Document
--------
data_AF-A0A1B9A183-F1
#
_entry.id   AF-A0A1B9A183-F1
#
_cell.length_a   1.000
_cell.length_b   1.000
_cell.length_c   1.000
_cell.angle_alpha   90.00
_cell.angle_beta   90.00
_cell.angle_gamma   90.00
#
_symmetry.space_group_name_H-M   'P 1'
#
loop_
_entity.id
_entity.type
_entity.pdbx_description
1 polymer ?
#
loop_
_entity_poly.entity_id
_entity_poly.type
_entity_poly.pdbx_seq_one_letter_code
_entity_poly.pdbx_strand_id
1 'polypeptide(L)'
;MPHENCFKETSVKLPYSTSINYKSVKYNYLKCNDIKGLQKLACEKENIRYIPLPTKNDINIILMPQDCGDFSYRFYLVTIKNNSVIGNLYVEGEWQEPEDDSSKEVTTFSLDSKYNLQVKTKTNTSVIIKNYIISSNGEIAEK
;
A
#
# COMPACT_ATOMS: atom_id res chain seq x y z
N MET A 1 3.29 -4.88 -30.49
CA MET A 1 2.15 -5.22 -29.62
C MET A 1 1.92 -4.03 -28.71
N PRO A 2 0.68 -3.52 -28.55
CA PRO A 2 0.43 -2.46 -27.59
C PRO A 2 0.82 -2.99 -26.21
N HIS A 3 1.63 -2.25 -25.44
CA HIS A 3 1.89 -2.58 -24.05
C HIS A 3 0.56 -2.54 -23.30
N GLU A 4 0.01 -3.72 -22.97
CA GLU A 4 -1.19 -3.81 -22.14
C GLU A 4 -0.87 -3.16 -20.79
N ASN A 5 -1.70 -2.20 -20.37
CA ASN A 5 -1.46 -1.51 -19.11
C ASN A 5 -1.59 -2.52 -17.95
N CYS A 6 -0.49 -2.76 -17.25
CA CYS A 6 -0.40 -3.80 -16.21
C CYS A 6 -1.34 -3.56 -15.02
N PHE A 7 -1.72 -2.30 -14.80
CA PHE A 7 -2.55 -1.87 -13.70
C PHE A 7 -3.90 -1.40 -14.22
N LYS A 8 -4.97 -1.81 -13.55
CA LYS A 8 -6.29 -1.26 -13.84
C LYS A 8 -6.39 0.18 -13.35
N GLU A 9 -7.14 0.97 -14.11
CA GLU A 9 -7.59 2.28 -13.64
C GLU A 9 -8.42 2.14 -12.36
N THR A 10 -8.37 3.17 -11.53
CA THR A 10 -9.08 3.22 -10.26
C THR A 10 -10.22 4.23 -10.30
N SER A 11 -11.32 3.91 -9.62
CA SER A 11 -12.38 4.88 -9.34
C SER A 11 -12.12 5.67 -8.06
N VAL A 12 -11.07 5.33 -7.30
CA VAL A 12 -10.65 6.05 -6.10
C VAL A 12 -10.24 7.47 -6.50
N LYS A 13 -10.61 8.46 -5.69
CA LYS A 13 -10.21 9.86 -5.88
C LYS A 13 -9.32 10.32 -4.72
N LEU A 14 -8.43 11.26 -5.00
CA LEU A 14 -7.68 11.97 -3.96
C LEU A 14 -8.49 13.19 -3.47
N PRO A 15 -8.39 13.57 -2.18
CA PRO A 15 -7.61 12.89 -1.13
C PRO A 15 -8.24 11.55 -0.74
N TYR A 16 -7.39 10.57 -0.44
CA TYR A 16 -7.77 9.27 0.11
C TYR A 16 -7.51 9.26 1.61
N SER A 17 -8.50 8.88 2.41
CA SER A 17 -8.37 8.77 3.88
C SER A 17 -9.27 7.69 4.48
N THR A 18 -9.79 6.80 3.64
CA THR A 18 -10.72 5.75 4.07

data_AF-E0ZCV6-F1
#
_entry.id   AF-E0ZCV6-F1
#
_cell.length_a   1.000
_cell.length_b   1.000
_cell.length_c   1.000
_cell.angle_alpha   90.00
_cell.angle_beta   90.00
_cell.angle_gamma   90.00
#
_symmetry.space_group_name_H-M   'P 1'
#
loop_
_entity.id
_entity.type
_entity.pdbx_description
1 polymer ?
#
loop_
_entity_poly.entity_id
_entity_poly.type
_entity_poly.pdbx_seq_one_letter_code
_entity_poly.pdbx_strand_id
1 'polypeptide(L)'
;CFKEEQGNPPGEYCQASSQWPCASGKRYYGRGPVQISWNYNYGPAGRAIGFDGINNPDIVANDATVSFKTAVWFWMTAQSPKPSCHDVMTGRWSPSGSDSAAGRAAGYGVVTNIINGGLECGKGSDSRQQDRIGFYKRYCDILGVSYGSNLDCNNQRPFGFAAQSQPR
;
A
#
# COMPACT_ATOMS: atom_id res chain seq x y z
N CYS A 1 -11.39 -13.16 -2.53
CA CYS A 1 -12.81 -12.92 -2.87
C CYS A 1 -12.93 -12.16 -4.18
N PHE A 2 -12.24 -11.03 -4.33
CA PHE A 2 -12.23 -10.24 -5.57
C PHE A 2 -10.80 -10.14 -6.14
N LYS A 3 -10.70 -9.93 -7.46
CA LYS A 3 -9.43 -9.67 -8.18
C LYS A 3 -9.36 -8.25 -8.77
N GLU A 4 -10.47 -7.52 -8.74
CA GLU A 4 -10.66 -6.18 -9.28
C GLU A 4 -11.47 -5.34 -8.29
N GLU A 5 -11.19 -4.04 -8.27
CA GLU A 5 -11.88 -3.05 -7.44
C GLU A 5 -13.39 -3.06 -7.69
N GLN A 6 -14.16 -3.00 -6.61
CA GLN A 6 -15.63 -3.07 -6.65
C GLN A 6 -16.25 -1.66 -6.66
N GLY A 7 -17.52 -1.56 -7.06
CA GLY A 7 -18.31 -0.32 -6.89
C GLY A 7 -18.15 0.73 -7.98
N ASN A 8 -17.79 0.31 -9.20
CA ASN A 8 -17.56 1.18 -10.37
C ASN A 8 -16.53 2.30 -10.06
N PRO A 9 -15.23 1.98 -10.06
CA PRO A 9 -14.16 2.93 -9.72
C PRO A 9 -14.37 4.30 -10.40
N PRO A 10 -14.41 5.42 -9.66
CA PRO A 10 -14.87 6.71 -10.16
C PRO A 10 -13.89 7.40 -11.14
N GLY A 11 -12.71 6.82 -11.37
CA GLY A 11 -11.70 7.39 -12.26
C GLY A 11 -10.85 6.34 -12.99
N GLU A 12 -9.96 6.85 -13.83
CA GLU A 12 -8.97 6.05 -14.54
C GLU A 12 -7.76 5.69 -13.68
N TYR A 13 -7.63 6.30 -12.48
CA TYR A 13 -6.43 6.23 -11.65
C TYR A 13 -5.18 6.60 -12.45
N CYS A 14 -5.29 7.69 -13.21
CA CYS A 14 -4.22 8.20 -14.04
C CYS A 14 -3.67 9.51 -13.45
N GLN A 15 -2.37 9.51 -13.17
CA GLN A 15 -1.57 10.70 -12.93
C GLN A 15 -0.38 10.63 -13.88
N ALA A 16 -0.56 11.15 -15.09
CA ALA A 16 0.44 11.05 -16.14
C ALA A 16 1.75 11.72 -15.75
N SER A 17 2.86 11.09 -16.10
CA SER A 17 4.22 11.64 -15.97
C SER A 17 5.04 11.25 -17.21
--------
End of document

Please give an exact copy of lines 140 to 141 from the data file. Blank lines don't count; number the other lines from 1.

C PRO A 9 -14.37 4.30 -10.40
N PRO A 10 -14.41 5.42 -9.66